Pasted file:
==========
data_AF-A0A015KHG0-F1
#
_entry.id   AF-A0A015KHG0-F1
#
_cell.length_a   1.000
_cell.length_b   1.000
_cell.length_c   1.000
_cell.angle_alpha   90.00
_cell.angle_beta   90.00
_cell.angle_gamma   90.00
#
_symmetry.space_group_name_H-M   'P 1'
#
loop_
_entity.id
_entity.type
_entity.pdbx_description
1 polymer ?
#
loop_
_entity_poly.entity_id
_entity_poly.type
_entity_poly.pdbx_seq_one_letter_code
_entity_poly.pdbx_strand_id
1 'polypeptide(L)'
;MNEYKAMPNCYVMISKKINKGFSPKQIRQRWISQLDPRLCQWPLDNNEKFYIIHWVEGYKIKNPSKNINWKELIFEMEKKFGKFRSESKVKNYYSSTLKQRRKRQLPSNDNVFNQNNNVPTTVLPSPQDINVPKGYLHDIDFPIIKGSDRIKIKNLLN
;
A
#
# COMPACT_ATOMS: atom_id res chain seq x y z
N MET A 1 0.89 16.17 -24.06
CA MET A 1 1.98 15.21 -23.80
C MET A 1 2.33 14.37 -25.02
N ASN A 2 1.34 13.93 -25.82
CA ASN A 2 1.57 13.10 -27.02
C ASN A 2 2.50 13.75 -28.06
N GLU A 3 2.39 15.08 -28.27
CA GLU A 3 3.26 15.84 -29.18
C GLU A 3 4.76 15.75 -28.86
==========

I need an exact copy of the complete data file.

data_AF-A0A015KHG0-F1
#
_entry.id   AF-A0A015KHG0-F1
#
_cell.length_a   1.000
_cell.length_b   1.000
_cell.length_c   1.000
_cell.angle_alpha   90.00
_cell.angle_beta   90.00
_cell.angle_gamma   90.00
#
_symmetry.space_group_name_H-M   'P 1'
#
loop_
_entity.id
_entity.type
_entity.pdbx_description
1 polymer ?
#
loop_
_entity_poly.entity_id
_entity_poly.type
_entity_poly.pdbx_seq_one_letter_code
_entity_poly.pdbx_strand_id
1 'polypeptide(L)'
;MNEYKAMPNCYVMISKKINKGFSPKQIRQRWISQLDPRLCQWPLDNNEKFYIIHWVEGYKIKNPSKNINWKELIFEMEKKFGKFRSESKVKNYYSSTLKQRRKRQLPSNDNVFNQNNNVPTTVLPSPQDINVPKGYLHDIDFPIIKGSDRIKIKNLLN
;
A
#
# COMPACT_ATOMS: atom_id res chain seq x y z
N MET A 1 0.89 16.17 -24.06
CA MET A 1 1.98 15.21 -23.80
C MET A 1 2.33 14.37 -25.02
N ASN A 2 1.34 13.93 -25.82
CA ASN A 2 1.57 13.10 -27.02
C ASN A 2 2.50 13.75 -28.06
N GLU A 3 2.39 15.08 -28.27
CA GLU A 3 3.26 15.84 -29.18
C GLU A 3 4.76 15.75 -28.86